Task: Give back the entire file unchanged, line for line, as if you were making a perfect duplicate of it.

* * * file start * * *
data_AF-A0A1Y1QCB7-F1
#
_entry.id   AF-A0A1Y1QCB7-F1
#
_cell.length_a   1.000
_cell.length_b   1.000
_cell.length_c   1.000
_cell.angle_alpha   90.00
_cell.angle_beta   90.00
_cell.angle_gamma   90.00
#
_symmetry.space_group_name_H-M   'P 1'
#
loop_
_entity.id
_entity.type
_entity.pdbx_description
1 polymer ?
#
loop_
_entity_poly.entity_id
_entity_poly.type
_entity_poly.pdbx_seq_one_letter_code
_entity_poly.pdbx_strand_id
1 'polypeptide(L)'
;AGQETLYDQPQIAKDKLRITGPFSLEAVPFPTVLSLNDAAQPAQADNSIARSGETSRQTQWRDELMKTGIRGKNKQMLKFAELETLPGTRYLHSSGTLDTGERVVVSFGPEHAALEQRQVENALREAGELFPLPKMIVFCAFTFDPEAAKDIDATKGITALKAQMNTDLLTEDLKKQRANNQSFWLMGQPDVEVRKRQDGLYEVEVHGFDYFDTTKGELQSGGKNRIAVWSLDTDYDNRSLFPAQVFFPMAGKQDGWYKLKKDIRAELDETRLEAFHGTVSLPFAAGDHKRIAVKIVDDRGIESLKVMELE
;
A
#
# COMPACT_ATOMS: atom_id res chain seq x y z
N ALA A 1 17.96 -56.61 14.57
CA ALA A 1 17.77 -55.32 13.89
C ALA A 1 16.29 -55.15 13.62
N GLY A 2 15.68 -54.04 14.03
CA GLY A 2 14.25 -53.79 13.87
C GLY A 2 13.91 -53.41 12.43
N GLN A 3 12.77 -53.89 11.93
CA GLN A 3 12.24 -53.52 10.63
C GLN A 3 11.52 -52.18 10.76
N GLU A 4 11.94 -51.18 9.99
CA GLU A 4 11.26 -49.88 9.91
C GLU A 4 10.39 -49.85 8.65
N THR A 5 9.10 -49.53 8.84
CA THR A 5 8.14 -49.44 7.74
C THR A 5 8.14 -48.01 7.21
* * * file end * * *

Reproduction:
data_AF-A0A1Y1QCB7-F1
#
_entry.id   AF-A0A1Y1QCB7-F1
#
_cell.length_a   1.000
_cell.length_b   1.000
_cell.length_c   1.000
_cell.angle_alpha   90.00
_cell.angle_beta   90.00
_cell.angle_gamma   90.00
#
_symmetry.space_group_name_H-M   'P 1'
#
loop_
_entity.id
_entity.type
_entity.pdbx_description
1 polymer ?
#
loop_
_entity_poly.entity_id
_entity_poly.type
_entity_poly.pdbx_seq_one_letter_code
_entity_poly.pdbx_strand_id
1 'polypeptide(L)'
;AGQETLYDQPQIAKDKLRITGPFSLEAVPFPTVLSLNDAAQPAQADNSIARSGETSRQTQWRDELMKTGIRGKNKQMLKFAELETLPGTRYLHSSGTLDTGERVVVSFGPEHAALEQRQVENALREAGELFPLPKMIVFCAFTFDPEAAKDIDATKGITALKAQMNTDLLTEDLKKQRANNQSFWLMGQPDVEVRKRQDGLYEVEVHGFDYFDTTKGELQSGGKNRIAVWSLDTDYDNRSLFPAQVFFPMAGKQDGWYKLKKDIRAELDETRLEAFHGTVSLPFAAGDHKRIAVKIVDDRGIESLKVMELE
;
A
#
# COMPACT_ATOMS: atom_id res chain seq x y z
N ALA A 1 17.96 -56.61 14.57
CA ALA A 1 17.77 -55.32 13.89
C ALA A 1 16.29 -55.15 13.62
N GLY A 2 15.68 -54.04 14.03
CA GLY A 2 14.25 -53.79 13.87
C GLY A 2 13.91 -53.41 12.43
N GLN A 3 12.77 -53.89 11.93
CA GLN A 3 12.24 -53.52 10.63
C GLN A 3 11.52 -52.18 10.76
N GLU A 4 11.94 -51.18 9.99
CA GLU A 4 11.26 -49.88 9.91
C GLU A 4 10.39 -49.85 8.65
N THR A 5 9.10 -49.53 8.84
CA THR A 5 8.14 -49.44 7.74
C THR A 5 8.14 -48.01 7.21